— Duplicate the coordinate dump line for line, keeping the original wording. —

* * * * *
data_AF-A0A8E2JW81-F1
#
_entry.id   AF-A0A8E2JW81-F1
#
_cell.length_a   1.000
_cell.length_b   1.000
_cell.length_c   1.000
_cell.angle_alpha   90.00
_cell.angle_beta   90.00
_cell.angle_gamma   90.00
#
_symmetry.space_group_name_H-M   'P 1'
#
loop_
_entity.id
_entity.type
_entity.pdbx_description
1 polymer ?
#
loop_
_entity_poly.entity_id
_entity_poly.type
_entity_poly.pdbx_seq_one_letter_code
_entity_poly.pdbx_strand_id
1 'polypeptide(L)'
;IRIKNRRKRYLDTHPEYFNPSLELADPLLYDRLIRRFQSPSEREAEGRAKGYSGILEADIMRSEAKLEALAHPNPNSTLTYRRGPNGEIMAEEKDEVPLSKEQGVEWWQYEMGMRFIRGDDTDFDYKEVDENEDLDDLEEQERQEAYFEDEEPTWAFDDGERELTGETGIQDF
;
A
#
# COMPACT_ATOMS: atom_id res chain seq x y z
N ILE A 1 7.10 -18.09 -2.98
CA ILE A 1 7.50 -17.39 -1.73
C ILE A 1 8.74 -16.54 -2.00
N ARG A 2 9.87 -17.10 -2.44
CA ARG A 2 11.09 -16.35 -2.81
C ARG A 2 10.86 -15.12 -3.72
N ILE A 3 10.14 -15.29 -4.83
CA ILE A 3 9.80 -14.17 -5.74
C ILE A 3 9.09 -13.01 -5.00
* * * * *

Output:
data_AF-A0A8E2JW81-F1
#
_entry.id   AF-A0A8E2JW81-F1
#
_cell.length_a   1.000
_cell.length_b   1.000
_cell.length_c   1.000
_cell.angle_alpha   90.00
_cell.angle_beta   90.00
_cell.angle_gamma   90.00
#
_symmetry.space_group_name_H-M   'P 1'
#
loop_
_entity.id
_entity.type
_entity.pdbx_description
1 polymer ?
#
loop_
_entity_poly.entity_id
_entity_poly.type
_entity_poly.pdbx_seq_one_letter_code
_entity_poly.pdbx_strand_id
1 'polypeptide(L)'
;IRIKNRRKRYLDTHPEYFNPSLELADPLLYDRLIRRFQSPSEREAEGRAKGYSGILEADIMRSEAKLEALAHPNPNSTLTYRRGPNGEIMAEEKDEVPLSKEQGVEWWQYEMGMRFIRGDDTDFDYKEVDENEDLDDLEEQERQEAYFEDEEPTWAFDDGERELTGETGIQDF
;
A
#
# COMPACT_ATOMS: atom_id res chain seq x y z
N ILE A 1 7.10 -18.09 -2.98
CA ILE A 1 7.50 -17.39 -1.73
C ILE A 1 8.74 -16.54 -2.00
N ARG A 2 9.87 -17.10 -2.44
CA ARG A 2 11.09 -16.35 -2.81
C ARG A 2 10.86 -15.12 -3.72
N ILE A 3 10.14 -15.29 -4.83
CA ILE A 3 9.80 -14.17 -5.74
C ILE A 3 9.09 -13.01 -5.00